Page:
The first choice is to throw up your hands and say, “Well, that was a waste of time.” Many reps go this route, essentially giving up too quickly on their first go-around, and usually on the first sales “touch” to that prospect, let alone multiple touches. Is giving up this easy committing to your sales process of seeing it through all the way to the end?
Remember, you have not reached a decision maker, and you have definitely not received a definitive answer one way or the other of whether they will use your services or not. You still have work to do with your efforts to fully committing to your sales process.
An important understanding of your prospecting activities is not to see them as individual telephone calls, e-mails, etc., but to see them as a sequence of activities that builds one upon the other, letting the target know that your attention is on them, that you are pursuing them and, if you are skillful, that you are offering solutions to problems that they have right now.
Here’s choice number two in the situation of “crickets chirping” after reaching out to a prospect. Instead of giving up, you should continue to pursue the lead until you get the clear message that they don’t want to talk to you, such as they pick up the phone and say, “Stop calling or I’m calling the FBI!” or keep going with your sequence until you get in front of them and put them through your entire sales process all the way to the end, yes or no.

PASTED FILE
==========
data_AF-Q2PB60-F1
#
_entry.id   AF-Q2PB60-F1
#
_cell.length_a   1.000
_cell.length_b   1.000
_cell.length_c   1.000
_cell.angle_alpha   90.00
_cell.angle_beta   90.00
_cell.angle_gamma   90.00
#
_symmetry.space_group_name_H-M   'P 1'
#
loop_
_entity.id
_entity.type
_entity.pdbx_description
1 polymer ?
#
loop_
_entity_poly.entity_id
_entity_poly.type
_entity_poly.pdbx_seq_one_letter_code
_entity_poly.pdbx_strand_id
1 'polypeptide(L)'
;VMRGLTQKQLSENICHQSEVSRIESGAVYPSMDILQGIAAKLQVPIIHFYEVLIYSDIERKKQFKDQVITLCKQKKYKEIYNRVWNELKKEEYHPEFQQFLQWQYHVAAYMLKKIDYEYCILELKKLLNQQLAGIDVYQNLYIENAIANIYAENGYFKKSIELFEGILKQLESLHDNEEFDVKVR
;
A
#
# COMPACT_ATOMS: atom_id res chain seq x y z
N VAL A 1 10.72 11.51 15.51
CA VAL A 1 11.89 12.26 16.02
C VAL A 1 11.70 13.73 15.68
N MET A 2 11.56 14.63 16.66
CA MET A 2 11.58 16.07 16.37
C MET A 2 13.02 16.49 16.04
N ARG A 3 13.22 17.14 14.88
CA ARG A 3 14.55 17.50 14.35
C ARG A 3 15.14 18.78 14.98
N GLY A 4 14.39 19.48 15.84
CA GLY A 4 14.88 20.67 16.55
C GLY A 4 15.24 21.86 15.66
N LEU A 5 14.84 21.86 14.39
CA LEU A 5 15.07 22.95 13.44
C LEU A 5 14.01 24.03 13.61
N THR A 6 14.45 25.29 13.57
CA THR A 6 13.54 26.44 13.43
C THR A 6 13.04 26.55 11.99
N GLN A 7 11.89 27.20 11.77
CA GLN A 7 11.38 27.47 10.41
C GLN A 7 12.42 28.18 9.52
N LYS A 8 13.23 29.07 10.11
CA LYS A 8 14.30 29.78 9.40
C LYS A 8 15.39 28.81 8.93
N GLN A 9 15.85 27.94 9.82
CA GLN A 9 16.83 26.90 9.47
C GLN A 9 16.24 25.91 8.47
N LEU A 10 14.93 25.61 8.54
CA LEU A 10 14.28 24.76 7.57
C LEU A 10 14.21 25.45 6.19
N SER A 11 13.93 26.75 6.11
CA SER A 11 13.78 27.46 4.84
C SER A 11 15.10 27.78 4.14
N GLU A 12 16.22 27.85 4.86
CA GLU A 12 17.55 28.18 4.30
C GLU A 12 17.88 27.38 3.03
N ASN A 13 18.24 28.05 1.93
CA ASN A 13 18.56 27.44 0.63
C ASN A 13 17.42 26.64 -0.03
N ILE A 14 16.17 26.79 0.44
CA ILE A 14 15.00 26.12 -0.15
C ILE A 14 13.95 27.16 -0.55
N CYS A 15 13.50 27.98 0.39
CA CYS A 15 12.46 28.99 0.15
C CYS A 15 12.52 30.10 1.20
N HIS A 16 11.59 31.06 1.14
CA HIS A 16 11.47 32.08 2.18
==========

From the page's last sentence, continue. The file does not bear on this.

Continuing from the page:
Now, this might not apply to each and every lead. How much sales activity and energy you continue to put into place on a particular prospect will depend on a number of things (how you qualify them) and their importance in your sales funnel.
Remember, just because you feel like your prospecting attempts are going into the netherworld of e-mail inboxes and voicemail doesn’t mean the hunt is over. People are busy! And, they are getting bombarded by thousands of messages and multiple people each day. Stay true to your process, and don’t give up after your first attempts.
So, what if you do end up reaching the decision maker? That’s a topic we will cover in the next article.
Iris Kelley is a sales and marketing consultant and the director of marketing for Business Development Associates Inc. Kelley has more than 15 years of experience in the sales and marketing field in several industries, with a specialization in helping restorers to predictably grow their businesses through effective strategies, tactics and implementation. She has a MBA with a concentration in marketing from the University of New Mexico and is a certified WRT. You can reach her at (847) 386-6556 or Iris@GoBDA.com. You can also visit www.GoBDA.com for more information.